There’s much misconception out there about Yoga pose safety tips, that are sustainable in a Vinyasa practice. Why? Some students want to just move, gain strength, burn calories, and get more flexible. They’re not as interested in subtlety. Some instructors give into the easy answer of teaching to this tendency, or lack the knowledge of how to teach Vinyasa refinements in compelling, accessible ways.
Let’s look at how we can do this within four common Vinyasa misalignments (both before and after the fact – with before ideal, but with the practical understanding that misalignments will occur, and it’s best to have tools to respond when they do). It’s all part of how you can use the gift of Yoga pose safety tips to help lead your students to greater wellness.
Runner’s Lunge – front knee past ankle
-Proactive cue: Before cueing students to enter the pose, guide students to make their stances long enough so that their back heels can rise out of the same ball of foot; say something to the effect of “we’re looking to stack joints in the back foot and front leg as we come into this next pose”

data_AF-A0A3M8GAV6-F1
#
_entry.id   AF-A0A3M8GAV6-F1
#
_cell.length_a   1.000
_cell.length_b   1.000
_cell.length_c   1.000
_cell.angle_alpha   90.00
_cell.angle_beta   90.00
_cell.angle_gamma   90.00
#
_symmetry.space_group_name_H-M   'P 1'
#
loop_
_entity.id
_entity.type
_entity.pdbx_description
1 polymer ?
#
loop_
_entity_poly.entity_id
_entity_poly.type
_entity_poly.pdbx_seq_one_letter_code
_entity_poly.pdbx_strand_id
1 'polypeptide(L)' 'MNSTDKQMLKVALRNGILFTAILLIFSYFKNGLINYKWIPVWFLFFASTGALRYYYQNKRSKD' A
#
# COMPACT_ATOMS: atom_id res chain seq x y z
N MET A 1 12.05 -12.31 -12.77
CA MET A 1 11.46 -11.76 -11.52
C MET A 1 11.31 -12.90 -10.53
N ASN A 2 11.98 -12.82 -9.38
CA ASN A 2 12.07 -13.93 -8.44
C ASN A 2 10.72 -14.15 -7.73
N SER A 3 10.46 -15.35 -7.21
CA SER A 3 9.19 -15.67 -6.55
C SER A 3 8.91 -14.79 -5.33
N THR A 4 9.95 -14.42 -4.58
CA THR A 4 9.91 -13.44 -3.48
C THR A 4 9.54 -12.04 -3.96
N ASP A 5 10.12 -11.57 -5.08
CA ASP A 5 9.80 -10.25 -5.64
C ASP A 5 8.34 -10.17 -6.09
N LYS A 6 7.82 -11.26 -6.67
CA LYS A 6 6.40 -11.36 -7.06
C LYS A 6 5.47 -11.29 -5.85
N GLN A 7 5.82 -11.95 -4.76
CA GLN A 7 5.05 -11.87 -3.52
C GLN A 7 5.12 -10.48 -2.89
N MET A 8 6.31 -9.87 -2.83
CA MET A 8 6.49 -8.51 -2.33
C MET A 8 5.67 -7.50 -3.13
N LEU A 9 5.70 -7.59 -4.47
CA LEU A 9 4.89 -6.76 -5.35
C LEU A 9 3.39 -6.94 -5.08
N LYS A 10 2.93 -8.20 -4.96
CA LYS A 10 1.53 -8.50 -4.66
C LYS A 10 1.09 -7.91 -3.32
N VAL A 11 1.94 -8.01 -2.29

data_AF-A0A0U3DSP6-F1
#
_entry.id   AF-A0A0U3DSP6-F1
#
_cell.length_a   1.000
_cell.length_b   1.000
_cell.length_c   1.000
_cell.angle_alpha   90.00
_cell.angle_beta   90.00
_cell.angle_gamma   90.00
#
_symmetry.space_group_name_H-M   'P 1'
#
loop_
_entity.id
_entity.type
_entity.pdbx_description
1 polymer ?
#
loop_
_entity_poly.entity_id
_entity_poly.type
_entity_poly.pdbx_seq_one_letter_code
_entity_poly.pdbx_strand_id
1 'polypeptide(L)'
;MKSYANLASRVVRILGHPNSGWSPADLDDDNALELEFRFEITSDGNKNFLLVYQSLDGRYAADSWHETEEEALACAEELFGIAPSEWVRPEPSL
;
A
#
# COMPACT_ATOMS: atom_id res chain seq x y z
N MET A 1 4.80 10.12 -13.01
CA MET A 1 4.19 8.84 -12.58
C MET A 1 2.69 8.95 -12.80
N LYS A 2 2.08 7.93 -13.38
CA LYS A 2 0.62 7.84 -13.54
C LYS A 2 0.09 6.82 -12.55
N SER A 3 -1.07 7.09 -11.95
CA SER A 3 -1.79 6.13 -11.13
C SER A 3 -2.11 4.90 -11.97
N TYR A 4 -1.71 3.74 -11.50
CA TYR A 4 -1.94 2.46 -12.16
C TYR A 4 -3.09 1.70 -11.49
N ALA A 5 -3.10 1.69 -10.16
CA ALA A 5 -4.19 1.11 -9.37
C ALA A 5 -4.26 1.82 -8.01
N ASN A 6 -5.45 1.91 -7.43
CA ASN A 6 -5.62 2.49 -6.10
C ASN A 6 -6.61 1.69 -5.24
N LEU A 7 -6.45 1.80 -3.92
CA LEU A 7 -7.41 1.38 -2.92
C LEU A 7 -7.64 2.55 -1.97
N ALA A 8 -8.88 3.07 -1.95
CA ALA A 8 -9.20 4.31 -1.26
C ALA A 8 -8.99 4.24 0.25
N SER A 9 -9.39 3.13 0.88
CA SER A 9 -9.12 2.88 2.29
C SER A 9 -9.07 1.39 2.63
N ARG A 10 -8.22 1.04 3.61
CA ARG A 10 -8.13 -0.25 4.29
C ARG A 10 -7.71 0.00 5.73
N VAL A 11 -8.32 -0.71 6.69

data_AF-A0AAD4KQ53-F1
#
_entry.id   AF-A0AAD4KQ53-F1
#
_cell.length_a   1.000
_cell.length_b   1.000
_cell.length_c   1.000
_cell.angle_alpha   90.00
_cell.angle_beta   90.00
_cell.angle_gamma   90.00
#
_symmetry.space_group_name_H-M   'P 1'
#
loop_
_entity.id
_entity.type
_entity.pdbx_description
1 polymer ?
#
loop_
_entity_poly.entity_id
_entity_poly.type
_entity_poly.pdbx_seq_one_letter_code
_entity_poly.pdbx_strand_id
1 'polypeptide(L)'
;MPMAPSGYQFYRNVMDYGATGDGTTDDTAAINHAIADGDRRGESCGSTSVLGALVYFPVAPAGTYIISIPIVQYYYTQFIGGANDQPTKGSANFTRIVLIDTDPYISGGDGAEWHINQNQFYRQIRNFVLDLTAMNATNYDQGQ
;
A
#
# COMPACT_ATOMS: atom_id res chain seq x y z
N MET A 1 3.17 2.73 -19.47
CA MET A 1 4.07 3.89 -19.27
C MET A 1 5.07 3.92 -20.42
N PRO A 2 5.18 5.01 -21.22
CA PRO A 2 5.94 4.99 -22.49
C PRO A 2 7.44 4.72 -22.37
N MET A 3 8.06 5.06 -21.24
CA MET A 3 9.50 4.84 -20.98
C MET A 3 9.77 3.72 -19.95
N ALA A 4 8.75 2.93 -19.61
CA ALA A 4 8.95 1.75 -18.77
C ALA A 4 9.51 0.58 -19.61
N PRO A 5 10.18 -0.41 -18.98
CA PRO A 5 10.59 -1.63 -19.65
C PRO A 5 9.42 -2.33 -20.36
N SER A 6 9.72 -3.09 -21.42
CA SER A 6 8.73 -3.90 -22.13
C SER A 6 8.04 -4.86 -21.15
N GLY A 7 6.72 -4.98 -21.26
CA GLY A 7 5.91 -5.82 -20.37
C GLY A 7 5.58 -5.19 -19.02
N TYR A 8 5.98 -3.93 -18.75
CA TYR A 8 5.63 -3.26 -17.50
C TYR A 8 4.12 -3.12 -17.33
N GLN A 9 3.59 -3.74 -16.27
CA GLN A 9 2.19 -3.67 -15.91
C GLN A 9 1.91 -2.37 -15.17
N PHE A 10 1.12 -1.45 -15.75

-Reactive cue: Make a general note about ensuring there’s a 90 angle from ankle to knee to hip in the front leg, for safety of the associated joints; quietly make this note to any student with the front knee far past the front ankle.
Jump-back – straight elbows
-Proactive cue: Offer a cue something like this, before cueing a jump back; “Please bend your elbows if you jump back – not doing so is like jumping from a high place to a lower one without bending your knees. No good for your joints!”; ask your students to look up at your mat, and demo a jump-back, pointing out your clearly bent elbows (90° from wrist to elbow to shoulder).